Introducing the new Uncut: Robert Plant, Malkmus, Iggy, Elton and more

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The 4th Uncut New Music Playlist Of 2020

Apologies for what feels like a massive delay since the last Playlist; crazy deadlines plus, you know, real world...

Thanks, first of all, for the overwhelmingly positive response to Sounds Of The New West Volume 5 last month. We’re all acutely aware of the series’ legacy – how critical it has been, over the years, in helping develop a key part of Uncut’s aesthetic – and this latest instalment seems to have struck a significant chord. I promise we won’t leave it another four years until we compile Volume 6.

As for this issue, if there’s a loose theme between all the features, I guess it’s that they all capture artists during transitional states. For our cover star Robert Plant, it’s about the complex, digressive path he’s taken in the 40 years since Led Zeppelin finished. “I’m not asking anybody to get into the groove of what I do,” he tells us in a new, exclusive interview. “I just do it. I’m never gonna be everybody’s favourite. I don’t do it in the way that everybody would probably like it.”

For Iggy Pop, it’s the period where he belatedly begins his solo career in earnest – holed up in France and Berlin with his friend and co-conspirator David Bowie, where the two men made some of the greatest music of their careers. Tony Visconti, a man with a valid inside take on all this, talks at one point about the 1977 Quartet – explicitly acknowledging the creative connectivity between The Idiot, Lust For Life, Low and “Heroes”.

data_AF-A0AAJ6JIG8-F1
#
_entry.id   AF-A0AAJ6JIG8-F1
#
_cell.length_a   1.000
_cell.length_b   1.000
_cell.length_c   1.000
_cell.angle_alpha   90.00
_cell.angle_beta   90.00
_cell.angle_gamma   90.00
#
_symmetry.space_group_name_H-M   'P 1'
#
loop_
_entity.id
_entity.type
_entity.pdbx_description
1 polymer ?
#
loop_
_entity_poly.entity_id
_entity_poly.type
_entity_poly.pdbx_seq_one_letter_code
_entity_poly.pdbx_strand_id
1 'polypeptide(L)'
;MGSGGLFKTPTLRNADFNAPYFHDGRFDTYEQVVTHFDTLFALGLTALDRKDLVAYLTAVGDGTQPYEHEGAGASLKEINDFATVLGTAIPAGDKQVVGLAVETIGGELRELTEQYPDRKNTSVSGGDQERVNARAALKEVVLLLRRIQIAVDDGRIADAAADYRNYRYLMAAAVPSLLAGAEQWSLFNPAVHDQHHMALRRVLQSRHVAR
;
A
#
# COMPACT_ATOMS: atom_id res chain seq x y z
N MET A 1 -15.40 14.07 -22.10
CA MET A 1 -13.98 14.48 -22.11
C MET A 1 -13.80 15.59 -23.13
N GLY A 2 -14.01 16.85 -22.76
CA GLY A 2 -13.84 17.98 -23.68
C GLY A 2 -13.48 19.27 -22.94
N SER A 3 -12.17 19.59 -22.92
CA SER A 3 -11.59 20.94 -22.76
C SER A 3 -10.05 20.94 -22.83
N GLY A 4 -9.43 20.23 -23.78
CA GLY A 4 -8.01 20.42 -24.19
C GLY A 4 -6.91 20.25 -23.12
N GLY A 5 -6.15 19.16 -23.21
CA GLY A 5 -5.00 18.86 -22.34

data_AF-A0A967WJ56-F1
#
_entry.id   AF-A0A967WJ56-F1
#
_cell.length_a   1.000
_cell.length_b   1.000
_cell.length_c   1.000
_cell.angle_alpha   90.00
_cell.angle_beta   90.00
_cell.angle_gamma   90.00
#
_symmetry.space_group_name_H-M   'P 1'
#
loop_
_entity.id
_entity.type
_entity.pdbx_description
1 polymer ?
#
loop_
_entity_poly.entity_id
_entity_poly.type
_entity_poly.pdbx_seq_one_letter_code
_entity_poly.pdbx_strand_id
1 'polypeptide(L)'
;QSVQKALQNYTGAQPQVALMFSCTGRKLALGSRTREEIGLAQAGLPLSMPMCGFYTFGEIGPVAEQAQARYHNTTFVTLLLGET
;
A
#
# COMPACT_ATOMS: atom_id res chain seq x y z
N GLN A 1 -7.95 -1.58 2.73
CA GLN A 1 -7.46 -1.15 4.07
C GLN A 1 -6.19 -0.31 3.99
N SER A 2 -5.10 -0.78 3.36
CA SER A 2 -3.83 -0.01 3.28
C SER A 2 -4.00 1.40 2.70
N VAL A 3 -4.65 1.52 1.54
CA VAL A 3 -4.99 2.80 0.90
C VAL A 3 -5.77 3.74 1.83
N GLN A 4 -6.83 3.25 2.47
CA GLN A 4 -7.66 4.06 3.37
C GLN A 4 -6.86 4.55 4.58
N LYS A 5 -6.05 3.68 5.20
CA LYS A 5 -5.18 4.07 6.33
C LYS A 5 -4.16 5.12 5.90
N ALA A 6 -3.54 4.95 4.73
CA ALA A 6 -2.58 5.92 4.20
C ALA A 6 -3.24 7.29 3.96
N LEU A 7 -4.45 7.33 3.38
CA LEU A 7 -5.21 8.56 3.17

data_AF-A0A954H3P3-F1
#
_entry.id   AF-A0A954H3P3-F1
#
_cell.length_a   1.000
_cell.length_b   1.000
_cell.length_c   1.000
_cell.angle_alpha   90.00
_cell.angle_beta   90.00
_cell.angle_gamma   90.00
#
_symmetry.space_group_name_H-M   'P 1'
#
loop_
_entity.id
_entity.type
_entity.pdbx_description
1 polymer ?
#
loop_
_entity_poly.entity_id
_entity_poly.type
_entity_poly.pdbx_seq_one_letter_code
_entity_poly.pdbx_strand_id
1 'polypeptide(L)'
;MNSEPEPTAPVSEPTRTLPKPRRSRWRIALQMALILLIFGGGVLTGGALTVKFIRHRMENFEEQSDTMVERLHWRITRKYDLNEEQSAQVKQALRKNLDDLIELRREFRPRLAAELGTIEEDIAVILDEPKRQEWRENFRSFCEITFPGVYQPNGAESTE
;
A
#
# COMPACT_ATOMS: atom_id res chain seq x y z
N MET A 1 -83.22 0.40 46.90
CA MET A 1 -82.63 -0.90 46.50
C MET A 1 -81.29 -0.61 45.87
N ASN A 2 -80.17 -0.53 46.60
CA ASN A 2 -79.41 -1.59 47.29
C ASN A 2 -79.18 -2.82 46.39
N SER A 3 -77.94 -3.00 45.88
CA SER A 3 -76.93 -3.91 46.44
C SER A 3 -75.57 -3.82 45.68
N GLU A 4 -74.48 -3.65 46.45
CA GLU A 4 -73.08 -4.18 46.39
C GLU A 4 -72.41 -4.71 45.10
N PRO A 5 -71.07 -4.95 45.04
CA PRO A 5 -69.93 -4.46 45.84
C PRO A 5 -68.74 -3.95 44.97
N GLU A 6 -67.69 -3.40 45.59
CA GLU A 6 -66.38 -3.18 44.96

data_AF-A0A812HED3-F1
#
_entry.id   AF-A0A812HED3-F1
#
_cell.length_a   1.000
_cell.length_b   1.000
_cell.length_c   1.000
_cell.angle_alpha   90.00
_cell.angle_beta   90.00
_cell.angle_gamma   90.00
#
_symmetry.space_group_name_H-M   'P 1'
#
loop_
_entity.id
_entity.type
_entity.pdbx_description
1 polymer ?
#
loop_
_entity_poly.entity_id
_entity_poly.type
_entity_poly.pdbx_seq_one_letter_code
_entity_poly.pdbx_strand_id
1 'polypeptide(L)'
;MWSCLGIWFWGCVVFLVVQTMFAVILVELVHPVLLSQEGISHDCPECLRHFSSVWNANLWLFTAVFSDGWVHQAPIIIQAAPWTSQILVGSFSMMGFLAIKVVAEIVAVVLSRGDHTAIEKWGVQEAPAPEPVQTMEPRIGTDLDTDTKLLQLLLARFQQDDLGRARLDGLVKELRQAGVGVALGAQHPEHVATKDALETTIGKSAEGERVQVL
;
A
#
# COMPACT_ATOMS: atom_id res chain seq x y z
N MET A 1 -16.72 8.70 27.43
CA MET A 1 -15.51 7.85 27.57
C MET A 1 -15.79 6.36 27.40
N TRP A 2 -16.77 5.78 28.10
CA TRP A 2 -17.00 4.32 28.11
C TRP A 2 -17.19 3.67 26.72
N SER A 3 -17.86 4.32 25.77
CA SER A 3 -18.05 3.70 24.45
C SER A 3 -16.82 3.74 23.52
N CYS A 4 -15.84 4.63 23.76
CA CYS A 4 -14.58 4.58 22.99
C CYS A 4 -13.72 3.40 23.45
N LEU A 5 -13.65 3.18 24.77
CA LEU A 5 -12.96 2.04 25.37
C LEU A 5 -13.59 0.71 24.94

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Then there is Shabaka Hutchings, whose career seems to be one endless transitional state – from his early days in the progressive East London jazz scene to Sons Of Kemet, Comet Is Coming and now the latest album from Shabaka And The Ancestors. Meanwhile, Stephen Malkmus’ current creative surge has taken him off in a weird new tangent – acoustic folk, but with a very Malkmus’ spin. And then there is Elton John, witnessed during his remarkable run of ‘70s albums, writing classic songs in 15 minutes, masterminding complete albums on an ocean liner, making a rare and radical appearance in Russia.

In our Reviews pages, you’ll find us rounding up the best new music from Arborteum (recommended: the 11-minute jam, “Let It All In”), Nadia Reid, Soccer Mommy, Swamp Dogg, Cornershop, Circles Around The Sun and Real Estate as well as the best Archive releases from Karen Dalton, the Allmans, Charlie Parker and more.

There are also new interviews with Greg Dulli, Maria McKee, Brittany Howard, Roedelius and Pale Saints. We bid farewell to Gang Of Four’s Andy Gill, celebrate The Band and usher in Juniore’s “joyful apocalypse”.

Plenty for everyone, then. Let us know your thoughts once you’ve had a look at the issue: letters@uncut.co.uk.

Follow me on Twitter @MichaelBonner

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